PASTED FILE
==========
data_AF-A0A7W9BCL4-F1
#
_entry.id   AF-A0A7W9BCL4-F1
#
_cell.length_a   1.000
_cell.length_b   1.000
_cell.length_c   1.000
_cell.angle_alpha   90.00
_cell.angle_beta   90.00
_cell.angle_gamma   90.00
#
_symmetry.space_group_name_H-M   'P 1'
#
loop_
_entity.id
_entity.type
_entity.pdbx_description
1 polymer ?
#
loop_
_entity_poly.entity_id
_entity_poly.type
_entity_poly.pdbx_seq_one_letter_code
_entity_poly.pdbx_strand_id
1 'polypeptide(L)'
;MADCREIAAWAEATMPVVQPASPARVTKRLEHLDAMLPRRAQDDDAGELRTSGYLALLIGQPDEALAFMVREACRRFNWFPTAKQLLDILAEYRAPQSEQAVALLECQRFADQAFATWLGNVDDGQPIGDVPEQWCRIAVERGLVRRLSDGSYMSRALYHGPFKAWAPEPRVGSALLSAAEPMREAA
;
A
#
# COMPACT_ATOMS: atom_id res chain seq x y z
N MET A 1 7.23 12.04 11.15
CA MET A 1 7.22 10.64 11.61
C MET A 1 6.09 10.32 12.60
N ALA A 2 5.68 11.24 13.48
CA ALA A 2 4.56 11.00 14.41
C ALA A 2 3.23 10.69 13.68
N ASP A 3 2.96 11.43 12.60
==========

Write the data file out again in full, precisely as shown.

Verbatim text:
data_AF-A0A7W9BCL4-F1
#
_entry.id   AF-A0A7W9BCL4-F1
#
_cell.length_a   1.000
_cell.length_b   1.000
_cell.length_c   1.000
_cell.angle_alpha   90.00
_cell.angle_beta   90.00
_cell.angle_gamma   90.00
#
_symmetry.space_group_name_H-M   'P 1'
#
loop_
_entity.id
_entity.type
_entity.pdbx_description
1 polymer ?
#
loop_
_entity_poly.entity_id
_entity_poly.type
_entity_poly.pdbx_seq_one_letter_code
_entity_poly.pdbx_strand_id
1 'polypeptide(L)'
;MADCREIAAWAEATMPVVQPASPARVTKRLEHLDAMLPRRAQDDDAGELRTSGYLALLIGQPDEALAFMVREACRRFNWFPTAKQLLDILAEYRAPQSEQAVALLECQRFADQAFATWLGNVDDGQPIGDVPEQWCRIAVERGLVRRLSDGSYMSRALYHGPFKAWAPEPRVGSALLSAAEPMREAA
;
A
#
# COMPACT_ATOMS: atom_id res chain seq x y z
N MET A 1 7.23 12.04 11.15
CA MET A 1 7.22 10.64 11.61
C MET A 1 6.09 10.32 12.60
N ALA A 2 5.68 11.24 13.48
CA ALA A 2 4.56 11.00 14.41
C ALA A 2 3.23 10.69 13.68
N ASP A 3 2.96 11.43 12.60